Customer Satisfaction: Provide It or Pay The Price
My dad had a great saying, “Remember, your good name will carry you farther than your feet.” I’m not sure it originated with him, but it sure made an impression on me. The story I’m about to share with you is what happens when a major bank, a nationwide entertainment company and an independent restaurant, each in their own way, found their “good names” or brands, if you will, losing some of their luster.
First, the entertainment company. On October 25th of this year the Wall Street Journal reported that shares of Netflix, the video-rental company, were trading for around $75 for the first time in 18 months, a 36% plunge that continues a dramatic tumble that has erased about 12 billion from the company’s market value in just 104 days. The declines follow Netflix’s quarterly earnings report, in which profit and earnings revenues were up sharply but the video-rental company was haunted by its decision to raise prices and its admittedly botched effort to divorce rentals of DVDs from video streaming services. Those moves caused more than 800,000 subscribers (that’s not a misprint) to flee in the third quarter and removed a lot of goodwill with investors.
Second, on November 3, 2011, a Crain’s New York Business headline read: “Poll: B of A customers most likely to leave.” It went on to say that “some 9% of Bank of America’s corp. customers were ‘not at all likely’ to continue to use the bank, a Harris interactive poll shows. Not-for-profit credit unions, on the other hand, score highest. ”Bank of America, the second-largest US bank by deposits, angered some customers when it announced plans to charge $5 a month for debit card use. The firm dropped the fee this week after J.P. Morgan, the biggest bank, and No.3 Wells Fargo abandoned the tactic. Other new fees, including those for checking accounts, “may push clients to credit unions” according to a spokeswomen for Harris Interactive.
Before I move on to the restaurant, the third member of this exercise of dissatisfying customers, I realize that it might sound like a stretch comparing two corporate giants with a single operation. However, this is a column dedicated to writing about the food service industry and a dissatisfied customer is still a dissatisfied customer no matter where it happens. This operation is located in an affluent area of New Jersey, and it possesses a dozen good reviews, including the New York Times, The Newark Star Ledger and Zagat. The customer who had this dissatisfying experience was an executive with a Fortune 500 company. He is an international traveler and has dined in restaurants in many countries. In a word, he is an experienced restaurant customer.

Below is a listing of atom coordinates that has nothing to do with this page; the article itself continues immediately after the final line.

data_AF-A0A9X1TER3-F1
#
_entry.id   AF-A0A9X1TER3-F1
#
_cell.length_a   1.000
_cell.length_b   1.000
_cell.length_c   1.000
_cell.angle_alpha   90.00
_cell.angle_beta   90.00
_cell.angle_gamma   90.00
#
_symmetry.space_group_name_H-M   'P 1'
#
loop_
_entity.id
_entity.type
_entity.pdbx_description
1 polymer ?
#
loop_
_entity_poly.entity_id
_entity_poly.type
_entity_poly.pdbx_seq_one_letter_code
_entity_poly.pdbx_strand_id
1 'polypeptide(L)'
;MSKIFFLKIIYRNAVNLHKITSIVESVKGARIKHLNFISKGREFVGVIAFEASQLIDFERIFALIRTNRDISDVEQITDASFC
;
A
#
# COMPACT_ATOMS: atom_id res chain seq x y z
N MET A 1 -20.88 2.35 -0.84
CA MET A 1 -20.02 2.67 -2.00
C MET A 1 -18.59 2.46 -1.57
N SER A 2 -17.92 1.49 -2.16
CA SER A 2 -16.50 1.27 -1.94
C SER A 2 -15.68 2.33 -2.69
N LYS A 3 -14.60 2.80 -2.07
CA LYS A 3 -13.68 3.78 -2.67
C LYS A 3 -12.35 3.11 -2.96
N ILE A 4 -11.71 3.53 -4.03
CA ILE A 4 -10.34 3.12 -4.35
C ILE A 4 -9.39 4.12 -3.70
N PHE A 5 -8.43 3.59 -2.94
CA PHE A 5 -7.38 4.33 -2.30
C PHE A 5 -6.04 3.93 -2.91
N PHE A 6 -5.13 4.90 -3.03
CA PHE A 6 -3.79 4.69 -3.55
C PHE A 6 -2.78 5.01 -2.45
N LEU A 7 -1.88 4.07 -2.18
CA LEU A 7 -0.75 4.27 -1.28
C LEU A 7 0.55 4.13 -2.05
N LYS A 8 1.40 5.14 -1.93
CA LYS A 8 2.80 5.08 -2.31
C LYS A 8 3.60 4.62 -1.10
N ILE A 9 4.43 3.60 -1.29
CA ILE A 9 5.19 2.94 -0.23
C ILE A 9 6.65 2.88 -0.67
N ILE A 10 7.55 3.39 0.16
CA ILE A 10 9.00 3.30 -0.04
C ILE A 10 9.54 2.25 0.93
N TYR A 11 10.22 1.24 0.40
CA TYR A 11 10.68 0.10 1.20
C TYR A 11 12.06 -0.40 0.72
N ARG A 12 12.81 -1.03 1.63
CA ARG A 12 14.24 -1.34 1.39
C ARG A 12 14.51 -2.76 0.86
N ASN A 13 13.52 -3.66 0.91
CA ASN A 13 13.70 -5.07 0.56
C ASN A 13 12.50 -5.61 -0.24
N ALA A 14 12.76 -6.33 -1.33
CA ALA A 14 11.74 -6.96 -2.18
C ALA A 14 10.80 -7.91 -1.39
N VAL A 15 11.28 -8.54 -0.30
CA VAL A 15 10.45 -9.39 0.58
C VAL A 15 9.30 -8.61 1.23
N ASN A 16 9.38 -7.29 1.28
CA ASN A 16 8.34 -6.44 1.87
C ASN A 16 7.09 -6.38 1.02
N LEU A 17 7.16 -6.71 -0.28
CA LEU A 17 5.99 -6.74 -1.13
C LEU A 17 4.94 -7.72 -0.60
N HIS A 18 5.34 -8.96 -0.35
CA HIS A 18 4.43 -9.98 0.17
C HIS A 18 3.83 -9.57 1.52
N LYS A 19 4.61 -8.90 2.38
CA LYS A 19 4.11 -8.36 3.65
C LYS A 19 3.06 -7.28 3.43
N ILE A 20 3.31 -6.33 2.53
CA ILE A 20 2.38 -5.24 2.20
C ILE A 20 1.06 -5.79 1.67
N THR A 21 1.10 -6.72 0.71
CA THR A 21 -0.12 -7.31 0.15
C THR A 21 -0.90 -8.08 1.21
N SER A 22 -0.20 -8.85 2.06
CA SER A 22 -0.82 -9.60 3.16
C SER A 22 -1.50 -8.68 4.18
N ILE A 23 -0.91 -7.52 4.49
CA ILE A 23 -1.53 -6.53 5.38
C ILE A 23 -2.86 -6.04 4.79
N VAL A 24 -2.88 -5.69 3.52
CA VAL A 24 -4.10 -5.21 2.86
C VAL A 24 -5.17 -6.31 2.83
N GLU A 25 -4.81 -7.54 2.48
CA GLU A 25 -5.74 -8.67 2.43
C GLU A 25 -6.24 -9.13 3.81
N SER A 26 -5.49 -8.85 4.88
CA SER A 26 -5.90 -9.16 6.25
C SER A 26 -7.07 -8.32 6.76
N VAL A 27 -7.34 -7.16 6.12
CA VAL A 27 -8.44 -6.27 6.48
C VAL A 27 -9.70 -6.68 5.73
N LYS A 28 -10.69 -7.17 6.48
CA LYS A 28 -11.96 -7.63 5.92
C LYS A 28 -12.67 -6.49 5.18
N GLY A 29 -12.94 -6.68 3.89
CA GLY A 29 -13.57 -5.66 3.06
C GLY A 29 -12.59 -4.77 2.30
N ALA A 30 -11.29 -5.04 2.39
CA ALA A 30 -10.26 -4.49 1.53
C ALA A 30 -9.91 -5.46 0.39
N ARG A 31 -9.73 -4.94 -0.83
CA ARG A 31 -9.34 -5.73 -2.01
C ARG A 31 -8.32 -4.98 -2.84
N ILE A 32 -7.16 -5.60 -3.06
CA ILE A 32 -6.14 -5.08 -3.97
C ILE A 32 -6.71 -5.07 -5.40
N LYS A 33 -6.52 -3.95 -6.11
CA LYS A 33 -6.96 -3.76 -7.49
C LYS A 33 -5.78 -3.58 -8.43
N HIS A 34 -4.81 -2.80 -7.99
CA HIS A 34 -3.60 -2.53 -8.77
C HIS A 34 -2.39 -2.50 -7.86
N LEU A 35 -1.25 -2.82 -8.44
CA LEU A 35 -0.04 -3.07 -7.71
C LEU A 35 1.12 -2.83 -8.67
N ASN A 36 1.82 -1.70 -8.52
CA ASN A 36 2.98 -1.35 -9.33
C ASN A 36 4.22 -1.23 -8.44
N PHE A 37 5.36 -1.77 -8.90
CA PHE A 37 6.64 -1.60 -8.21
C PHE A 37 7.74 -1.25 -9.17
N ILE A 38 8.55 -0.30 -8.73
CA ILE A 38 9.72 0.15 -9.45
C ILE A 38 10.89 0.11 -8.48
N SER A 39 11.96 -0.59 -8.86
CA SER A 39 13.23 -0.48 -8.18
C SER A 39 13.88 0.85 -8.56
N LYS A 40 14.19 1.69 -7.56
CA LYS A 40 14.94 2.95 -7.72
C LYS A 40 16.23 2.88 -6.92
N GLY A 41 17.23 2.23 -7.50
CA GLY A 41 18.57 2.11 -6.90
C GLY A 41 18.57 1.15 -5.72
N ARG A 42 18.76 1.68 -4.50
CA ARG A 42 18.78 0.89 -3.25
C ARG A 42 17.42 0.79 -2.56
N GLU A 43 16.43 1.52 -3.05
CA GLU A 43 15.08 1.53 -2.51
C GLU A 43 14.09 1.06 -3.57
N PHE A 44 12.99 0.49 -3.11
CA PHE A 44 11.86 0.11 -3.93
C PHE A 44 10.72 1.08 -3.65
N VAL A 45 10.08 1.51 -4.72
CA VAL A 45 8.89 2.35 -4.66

On the basis of this restaurant’s reputation, the customer hosted a dinner for 22 of his business associates and this was the result. A room that was supposed to accommodate 40 could barely take 22. There was one server for drinks and food, when there should have been two. Appetizers that were supposed to be passed were instead placed on a small table where 22 people had to serve themselves. Two entrees where placed on a table, and when one was emptied, it was not replenished. The other appeared to be left over. Dessert was not what was originally ordered.
I have been in the food service industry for more than 65 years and have never heard of what happened next. One of the guests asked to have a different salad than was being served, which was done. Remember, all of those dining were being hosted. At the conclusion of the evening when the check was presented to the host, a check was also presented to the woman who asked to have her salad changed. Hello!!
I should also point out that most of those in attendance live within a 30-mile radius of this establishment. It’s one thing to have one or two dissatisfied guests leave your restaurant, but 22? It is an accepted fact that when a customer has not been satisfied he or she will tell at least 15 to 20 friends. Multiply that by 22, and I would say the house had as bad a night as did their reputation.
The host contacted the restaurant the next day, and the response was that they were sorry and that the host and his wife should come in for dinner as guests of the restaurant. His response was that he did not receive what he was expecting, and no dinner for two can change either that or his embarrassment.
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